Within the last fifteen years, nine multilateral development banks (MDBs) have established internal accountability offices (IAOs). These IAOs, the most well-known of which is the World Bank Inspection Panel, allow communities within borrowing states to bring complaints against MDBs if loan programs cause them harm and violate MDB policies. The IAOs have been touted as effective fire-alarm mechanisms and remedies to the democratic deficit problem; they have also been criticized as broadly ineffective and toothless. What explains the variation in IAO impact and efficacy? I argue that borrowing states significantly constrain the impact of MDB IAOs and that borrowing state influence varies depending on regime type. Democratic borrowing states will be more willing to absorb the potential costs associated with MDB IAOs—including program changes and possible program termination—than will autocratic states. The argument is supported with quantitative evidence from a new dataset of all complaints filed through 2015.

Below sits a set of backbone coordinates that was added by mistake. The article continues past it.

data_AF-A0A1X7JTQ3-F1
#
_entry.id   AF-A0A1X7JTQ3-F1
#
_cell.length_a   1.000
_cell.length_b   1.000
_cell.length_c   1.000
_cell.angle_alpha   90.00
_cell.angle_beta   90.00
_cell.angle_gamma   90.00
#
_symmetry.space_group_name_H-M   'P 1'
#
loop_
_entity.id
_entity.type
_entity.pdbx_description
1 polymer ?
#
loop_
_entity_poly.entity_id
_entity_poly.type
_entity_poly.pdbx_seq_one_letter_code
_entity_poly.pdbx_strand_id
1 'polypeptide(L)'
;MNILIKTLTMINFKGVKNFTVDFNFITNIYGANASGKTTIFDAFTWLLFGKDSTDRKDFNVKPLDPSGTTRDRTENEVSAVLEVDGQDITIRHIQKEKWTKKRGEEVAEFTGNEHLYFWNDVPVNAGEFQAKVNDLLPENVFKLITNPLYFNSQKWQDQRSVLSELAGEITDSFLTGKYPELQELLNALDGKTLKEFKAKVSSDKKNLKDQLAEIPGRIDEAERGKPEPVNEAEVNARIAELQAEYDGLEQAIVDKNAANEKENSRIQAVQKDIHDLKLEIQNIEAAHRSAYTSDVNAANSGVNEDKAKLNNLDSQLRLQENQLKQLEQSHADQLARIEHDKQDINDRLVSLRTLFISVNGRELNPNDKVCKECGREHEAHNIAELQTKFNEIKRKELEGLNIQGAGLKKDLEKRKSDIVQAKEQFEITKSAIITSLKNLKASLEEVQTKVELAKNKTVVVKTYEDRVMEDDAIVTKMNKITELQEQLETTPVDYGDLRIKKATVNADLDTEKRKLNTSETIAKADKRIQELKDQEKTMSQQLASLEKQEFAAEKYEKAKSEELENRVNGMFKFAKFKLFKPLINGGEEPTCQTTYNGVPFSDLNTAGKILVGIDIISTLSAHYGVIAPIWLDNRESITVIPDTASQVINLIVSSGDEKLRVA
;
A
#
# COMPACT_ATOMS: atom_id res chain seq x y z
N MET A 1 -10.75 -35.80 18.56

Erica Gould is the Director of the International Relations Honors Program at Stanford University. She teaches courses on honors thesis writing, international political economy and international organizations. She has taught previously at the University of Virginia and Johns Hopkins University. Dr. Gould’s research has centered mainly around the question of how international organizations are controlled. She is currently working on a project concerning international organizational decision-making rules and also one on the accountability mechanisms associated with international organizations. Her publications include Money Talks: The International Monetary Fund, Conditionality and Supplementary Financiers (Stanford University Press, 2006), as well as articles in academic journals and several edited volumes. In addition to her research and teaching, Dr. Gould serves on the Board of Accountability Council, an international NGO based in San Francisco. She received her PhD in Political Science from Stanford University and her BA from Cornell University.